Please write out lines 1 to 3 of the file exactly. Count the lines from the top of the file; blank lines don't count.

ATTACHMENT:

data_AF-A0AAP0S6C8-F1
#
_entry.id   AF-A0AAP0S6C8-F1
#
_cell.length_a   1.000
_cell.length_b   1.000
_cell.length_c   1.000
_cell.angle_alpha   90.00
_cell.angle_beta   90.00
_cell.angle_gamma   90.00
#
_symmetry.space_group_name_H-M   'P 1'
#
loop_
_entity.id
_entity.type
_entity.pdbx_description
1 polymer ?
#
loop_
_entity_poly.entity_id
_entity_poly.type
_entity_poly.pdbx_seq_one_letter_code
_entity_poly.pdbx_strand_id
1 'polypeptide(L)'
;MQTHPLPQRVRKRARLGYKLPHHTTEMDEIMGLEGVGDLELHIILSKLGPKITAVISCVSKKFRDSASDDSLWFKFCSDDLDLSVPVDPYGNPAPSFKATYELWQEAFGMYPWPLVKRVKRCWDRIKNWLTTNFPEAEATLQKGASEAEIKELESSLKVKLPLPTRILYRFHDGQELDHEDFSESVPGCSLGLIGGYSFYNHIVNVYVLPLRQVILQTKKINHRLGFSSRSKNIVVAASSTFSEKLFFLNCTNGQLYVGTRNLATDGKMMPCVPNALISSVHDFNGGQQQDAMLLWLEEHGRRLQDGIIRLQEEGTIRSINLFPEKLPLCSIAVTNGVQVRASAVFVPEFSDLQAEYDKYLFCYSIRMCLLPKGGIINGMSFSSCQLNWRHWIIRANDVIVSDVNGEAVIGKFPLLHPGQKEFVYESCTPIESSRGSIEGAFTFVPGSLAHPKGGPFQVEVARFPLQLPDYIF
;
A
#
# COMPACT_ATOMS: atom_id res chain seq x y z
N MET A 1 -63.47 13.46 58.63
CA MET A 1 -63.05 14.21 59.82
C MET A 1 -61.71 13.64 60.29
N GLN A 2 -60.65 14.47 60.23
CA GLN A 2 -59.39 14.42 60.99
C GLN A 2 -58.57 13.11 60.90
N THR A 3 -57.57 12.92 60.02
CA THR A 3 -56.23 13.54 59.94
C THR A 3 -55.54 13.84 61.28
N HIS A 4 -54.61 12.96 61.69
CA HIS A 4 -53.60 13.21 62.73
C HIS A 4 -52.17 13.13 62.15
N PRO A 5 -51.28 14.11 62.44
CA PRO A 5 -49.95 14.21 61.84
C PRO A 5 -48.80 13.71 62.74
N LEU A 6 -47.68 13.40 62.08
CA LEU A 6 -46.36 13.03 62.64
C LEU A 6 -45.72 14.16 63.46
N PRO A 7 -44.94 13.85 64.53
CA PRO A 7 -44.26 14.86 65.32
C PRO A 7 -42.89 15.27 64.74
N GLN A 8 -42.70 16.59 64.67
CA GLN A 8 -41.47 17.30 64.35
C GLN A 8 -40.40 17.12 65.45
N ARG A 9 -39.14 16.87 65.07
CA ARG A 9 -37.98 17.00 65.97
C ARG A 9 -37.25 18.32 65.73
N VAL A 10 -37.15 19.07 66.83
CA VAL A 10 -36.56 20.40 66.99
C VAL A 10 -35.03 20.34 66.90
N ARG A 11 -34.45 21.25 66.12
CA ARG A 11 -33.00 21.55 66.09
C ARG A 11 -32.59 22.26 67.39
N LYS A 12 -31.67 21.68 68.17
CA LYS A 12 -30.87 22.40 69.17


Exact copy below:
data_AF-A0AAP0S6C8-F1
#
_entry.id   AF-A0AAP0S6C8-F1